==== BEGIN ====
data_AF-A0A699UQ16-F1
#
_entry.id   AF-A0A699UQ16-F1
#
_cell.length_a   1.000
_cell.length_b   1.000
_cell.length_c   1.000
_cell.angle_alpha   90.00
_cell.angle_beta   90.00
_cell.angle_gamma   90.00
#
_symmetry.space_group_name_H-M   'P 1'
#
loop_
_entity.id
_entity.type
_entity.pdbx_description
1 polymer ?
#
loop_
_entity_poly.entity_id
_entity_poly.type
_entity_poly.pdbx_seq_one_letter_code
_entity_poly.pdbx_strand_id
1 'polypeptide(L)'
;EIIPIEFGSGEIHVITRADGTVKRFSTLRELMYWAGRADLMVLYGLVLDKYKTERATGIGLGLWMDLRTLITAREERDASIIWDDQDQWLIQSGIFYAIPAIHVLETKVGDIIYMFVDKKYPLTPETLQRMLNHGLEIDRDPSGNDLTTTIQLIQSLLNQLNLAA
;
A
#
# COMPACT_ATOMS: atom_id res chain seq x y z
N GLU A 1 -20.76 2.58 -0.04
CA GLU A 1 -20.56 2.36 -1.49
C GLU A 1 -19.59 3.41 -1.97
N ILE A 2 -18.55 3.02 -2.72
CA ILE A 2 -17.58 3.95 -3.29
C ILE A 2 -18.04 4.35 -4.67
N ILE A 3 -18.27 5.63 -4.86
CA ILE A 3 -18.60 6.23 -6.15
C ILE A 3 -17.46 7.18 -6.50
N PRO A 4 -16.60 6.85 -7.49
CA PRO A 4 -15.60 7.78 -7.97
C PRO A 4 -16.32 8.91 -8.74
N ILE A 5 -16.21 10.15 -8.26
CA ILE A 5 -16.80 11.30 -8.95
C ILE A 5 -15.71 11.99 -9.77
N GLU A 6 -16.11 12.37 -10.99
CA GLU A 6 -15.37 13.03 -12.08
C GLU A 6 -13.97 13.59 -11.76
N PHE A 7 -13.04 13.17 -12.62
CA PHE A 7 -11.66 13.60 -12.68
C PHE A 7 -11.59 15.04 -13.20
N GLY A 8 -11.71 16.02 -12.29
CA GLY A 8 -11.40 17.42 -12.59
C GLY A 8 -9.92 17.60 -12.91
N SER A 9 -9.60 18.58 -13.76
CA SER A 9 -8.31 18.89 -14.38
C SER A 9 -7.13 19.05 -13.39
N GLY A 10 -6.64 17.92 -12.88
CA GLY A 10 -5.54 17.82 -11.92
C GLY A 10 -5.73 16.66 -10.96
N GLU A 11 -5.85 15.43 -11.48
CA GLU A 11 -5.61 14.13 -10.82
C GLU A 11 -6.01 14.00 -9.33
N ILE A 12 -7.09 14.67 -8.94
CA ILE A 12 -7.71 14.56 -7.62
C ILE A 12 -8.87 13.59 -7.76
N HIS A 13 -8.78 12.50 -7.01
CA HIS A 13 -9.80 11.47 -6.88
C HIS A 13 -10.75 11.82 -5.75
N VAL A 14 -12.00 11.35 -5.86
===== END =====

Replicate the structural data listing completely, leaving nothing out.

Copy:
data_AF-A0A699UQ16-F1
#
_entry.id   AF-A0A699UQ16-F1
#
_cell.length_a   1.000
_cell.length_b   1.000
_cell.length_c   1.000
_cell.angle_alpha   90.00
_cell.angle_beta   90.00
_cell.angle_gamma   90.00
#
_symmetry.space_group_name_H-M   'P 1'
#
loop_
_entity.id
_entity.type
_entity.pdbx_description
1 polymer ?
#
loop_
_entity_poly.entity_id
_entity_poly.type
_entity_poly.pdbx_seq_one_letter_code
_entity_poly.pdbx_strand_id
1 'polypeptide(L)'
;EIIPIEFGSGEIHVITRADGTVKRFSTLRELMYWAGRADLMVLYGLVLDKYKTERATGIGLGLWMDLRTLITAREERDASIIWDDQDQWLIQSGIFYAIPAIHVLETKVGDIIYMFVDKKYPLTPETLQRMLNHGLEIDRDPSGNDLTTTIQLIQSLLNQLNLAA
;
A
#
# COMPACT_ATOMS: atom_id res chain seq x y z
N GLU A 1 -20.76 2.58 -0.04
CA GLU A 1 -20.56 2.36 -1.49
C GLU A 1 -19.59 3.41 -1.97
N ILE A 2 -18.55 3.02 -2.72
CA ILE A 2 -17.58 3.95 -3.29
C ILE A 2 -18.04 4.35 -4.67
N ILE A 3 -18.27 5.63 -4.86
CA ILE A 3 -18.60 6.23 -6.15
C ILE A 3 -17.46 7.18 -6.50
N PRO A 4 -16.60 6.85 -7.49
CA PRO A 4 -15.60 7.78 -7.97
C PRO A 4 -16.32 8.91 -8.74
N ILE A 5 -16.21 10.15 -8.26
CA ILE A 5 -16.80 11.30 -8.95
C ILE A 5 -15.71 11.99 -9.77
N GLU A 6 -16.11 12.37 -10.99
CA GLU A 6 -15.37 13.03 -12.08
C GLU A 6 -13.97 13.59 -11.76
N PHE A 7 -13.04 13.17 -12.62
CA PHE A 7 -11.66 13.60 -12.68
C PHE A 7 -11.59 15.04 -13.20
N GLY A 8 -11.71 16.02 -12.29
CA GLY A 8 -11.40 17.42 -12.59
C GLY A 8 -9.92 17.60 -12.91
N SER A 9 -9.60 18.58 -13.76
CA SER A 9 -8.31 18.89 -14.38
C SER A 9 -7.13 19.05 -13.39
N GLY A 10 -6.64 17.92 -12.88
CA GLY A 10 -5.54 17.82 -11.92
C GLY A 10 -5.73 16.66 -10.96
N GLU A 11 -5.85 15.43 -11.48
CA GLU A 11 -5.61 14.13 -10.82
C GLU A 11 -6.01 14.00 -9.33
N ILE A 12 -7.09 14.67 -8.94
CA ILE A 12 -7.71 14.56 -7.62
C ILE A 12 -8.87 13.59 -7.76
N HIS A 13 -8.78 12.50 -7.01
CA HIS A 13 -9.80 11.47 -6.88
C HIS A 13 -10.75 11.82 -5.75
N VAL A 14 -12.00 11.35 -5.86